This winter two goldfish were released into the pond to see if the water was habitable for fish. Just this week, the two experimental carp resurfaced, demonstrating enough support for fish life in our waters here on Leafhopper Farm. Carp are a very hardy family in the fish network, able to live in all manner of aquatic habitat (hence their invasive status in most American waters). Few people realize that both goldfish and the decorative Koi are both members of the carp family.
Our pond is contained, so these friendly fish folks won’t be getting out into the wilder waters of the Snoqualmie River or its tributaries. Please note that your pet goldfish, if released into wild waters, will breed back into its old carp form in time, producing the large invasive predator fish that are overtaking our native lakes and rivers. Koi are the same way, in time breeding back to their less colorful form. Our pond will need to be managed to prevent a carp takeover by hunting and eating the offspring of these decorative samples of domestication.
It is so wonderful to be releasing fish into our pond in year two of our earthworks development. The waters have sustained themselves with ground catchment and do not dry up, even in harsh drought conditions, so we’re trying out our first round of fish to see if the addition of a predator will keep the bug populations in check. Blue Darner Dragonflies have come out of their water nymph forms and the tadpoles still developing in the water at this time are bullfrogs. Native frogs bred and lay their eggs earlier on in the spring before larger invasive frogs come to breed.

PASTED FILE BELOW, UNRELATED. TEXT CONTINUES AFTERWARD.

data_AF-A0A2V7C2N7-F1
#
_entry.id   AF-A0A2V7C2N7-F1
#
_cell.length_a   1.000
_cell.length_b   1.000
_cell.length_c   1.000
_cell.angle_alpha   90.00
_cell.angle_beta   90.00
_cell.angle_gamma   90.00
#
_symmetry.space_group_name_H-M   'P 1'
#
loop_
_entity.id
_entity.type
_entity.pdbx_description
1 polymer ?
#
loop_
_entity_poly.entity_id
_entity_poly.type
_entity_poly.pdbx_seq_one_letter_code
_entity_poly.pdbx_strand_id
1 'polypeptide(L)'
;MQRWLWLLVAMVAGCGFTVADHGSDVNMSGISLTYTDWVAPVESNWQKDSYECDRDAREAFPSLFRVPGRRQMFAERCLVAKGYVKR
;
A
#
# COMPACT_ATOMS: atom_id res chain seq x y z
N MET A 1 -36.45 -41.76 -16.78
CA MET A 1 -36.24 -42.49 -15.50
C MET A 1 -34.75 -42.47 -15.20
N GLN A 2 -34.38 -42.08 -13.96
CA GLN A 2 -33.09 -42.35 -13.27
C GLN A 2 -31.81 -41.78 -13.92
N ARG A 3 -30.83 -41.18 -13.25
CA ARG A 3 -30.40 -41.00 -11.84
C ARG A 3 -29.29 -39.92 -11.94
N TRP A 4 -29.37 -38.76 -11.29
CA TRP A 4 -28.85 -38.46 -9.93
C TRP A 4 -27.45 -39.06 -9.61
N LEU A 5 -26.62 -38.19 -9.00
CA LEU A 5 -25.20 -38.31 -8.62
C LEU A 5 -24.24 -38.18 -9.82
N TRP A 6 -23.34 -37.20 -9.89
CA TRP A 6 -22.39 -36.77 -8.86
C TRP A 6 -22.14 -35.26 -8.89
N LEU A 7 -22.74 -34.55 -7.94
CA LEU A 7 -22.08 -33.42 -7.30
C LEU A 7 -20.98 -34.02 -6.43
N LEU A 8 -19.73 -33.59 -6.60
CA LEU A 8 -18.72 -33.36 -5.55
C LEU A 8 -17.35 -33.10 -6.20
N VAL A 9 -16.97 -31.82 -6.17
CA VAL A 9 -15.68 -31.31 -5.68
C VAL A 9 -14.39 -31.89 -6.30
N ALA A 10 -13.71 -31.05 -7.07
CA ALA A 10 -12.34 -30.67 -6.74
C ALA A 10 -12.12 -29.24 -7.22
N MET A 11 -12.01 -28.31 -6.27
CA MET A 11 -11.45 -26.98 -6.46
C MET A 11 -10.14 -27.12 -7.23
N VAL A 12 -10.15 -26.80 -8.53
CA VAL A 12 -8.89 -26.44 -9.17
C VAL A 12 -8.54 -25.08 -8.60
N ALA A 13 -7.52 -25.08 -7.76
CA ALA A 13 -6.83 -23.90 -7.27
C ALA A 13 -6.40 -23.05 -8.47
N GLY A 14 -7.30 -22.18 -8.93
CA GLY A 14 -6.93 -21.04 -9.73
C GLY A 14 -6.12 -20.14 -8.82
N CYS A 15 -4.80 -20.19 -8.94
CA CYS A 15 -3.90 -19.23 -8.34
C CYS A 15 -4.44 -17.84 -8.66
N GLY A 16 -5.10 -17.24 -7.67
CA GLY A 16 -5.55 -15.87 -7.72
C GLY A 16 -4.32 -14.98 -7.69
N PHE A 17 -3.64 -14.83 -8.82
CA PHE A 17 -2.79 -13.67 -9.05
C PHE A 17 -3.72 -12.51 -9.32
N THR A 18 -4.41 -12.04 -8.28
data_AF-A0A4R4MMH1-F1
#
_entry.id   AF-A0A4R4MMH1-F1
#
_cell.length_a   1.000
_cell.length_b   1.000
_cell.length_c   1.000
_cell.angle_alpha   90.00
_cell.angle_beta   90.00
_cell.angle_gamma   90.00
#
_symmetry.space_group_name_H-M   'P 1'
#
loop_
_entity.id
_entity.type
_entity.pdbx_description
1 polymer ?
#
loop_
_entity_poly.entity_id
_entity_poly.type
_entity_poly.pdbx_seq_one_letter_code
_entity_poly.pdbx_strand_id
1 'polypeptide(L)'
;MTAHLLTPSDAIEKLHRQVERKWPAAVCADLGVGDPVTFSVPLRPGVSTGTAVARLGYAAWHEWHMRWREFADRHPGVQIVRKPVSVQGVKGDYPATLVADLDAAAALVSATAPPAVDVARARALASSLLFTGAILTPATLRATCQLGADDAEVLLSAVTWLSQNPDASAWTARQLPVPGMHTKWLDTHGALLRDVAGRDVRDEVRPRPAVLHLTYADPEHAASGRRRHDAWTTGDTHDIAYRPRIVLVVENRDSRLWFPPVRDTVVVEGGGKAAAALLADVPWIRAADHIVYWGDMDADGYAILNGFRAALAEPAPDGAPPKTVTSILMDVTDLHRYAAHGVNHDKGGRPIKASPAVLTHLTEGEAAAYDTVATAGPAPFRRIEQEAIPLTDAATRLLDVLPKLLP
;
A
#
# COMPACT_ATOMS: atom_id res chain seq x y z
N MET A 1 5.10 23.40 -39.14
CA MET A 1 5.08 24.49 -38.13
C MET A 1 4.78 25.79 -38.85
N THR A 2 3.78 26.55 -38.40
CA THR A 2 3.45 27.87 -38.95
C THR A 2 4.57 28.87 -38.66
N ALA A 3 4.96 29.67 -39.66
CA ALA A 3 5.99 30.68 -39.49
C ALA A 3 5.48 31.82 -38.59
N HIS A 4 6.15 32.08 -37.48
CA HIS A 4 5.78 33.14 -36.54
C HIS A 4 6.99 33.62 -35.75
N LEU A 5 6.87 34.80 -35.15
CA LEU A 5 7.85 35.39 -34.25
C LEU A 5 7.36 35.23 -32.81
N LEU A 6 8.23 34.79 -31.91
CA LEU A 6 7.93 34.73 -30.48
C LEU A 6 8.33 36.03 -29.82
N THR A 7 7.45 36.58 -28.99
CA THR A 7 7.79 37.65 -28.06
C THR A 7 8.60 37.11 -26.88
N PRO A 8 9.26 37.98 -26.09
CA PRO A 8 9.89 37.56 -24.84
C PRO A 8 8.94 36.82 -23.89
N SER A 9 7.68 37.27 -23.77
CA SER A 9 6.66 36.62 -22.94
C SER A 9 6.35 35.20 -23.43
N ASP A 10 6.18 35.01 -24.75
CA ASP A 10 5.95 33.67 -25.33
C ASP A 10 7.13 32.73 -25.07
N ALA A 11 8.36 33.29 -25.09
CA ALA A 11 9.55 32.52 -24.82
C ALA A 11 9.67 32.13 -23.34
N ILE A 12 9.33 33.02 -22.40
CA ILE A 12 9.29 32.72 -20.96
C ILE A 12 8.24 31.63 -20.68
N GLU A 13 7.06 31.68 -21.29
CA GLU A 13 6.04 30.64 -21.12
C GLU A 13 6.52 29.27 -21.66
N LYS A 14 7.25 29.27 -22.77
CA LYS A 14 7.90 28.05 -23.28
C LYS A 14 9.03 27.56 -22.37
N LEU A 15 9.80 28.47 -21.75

We added some smaller gold fish to tempt the herons away from the bigger, more costly Koi. Hopefully the cedar stump creates enough refuge, along with a still very deep center pool in the pond design to protect the fish against arial assault and the wily hands of the occasional raccoon. If the fish survive, they will be mature enough to breed in seven years. By then, the pond will be holding its maximum capacity of water, and fishing for the carp can begin to keep numbers in check. The colorful Koi add an esthetic sense to the water feature and ensure a more natural balance of predator and prey relationship in our aquatic habitat.
Why not native fish? Well, to stock your pond with natives, you must go through the state and pay an annual stocking fee. Since this aquatic home is man made, and not in use as a fish farm, we chose to enjoy decorative fish with a future plan of harvesting the carp. Native trout would also need more space, greater aeration, and are highly managed by the state if introduced to any water system. Koi are considered a hobby fish, and in our closed pond, there is no risk of contaminating wild waters with the highly invasive carp. We look forward to enjoying these beautiful fish for many years, as Koi have an impressive lifespan if cared for properly. In future, once the pond is holding maximum water, we’ll install an aerator for the health of the water, fish, and other species that thrive in an aquatic world.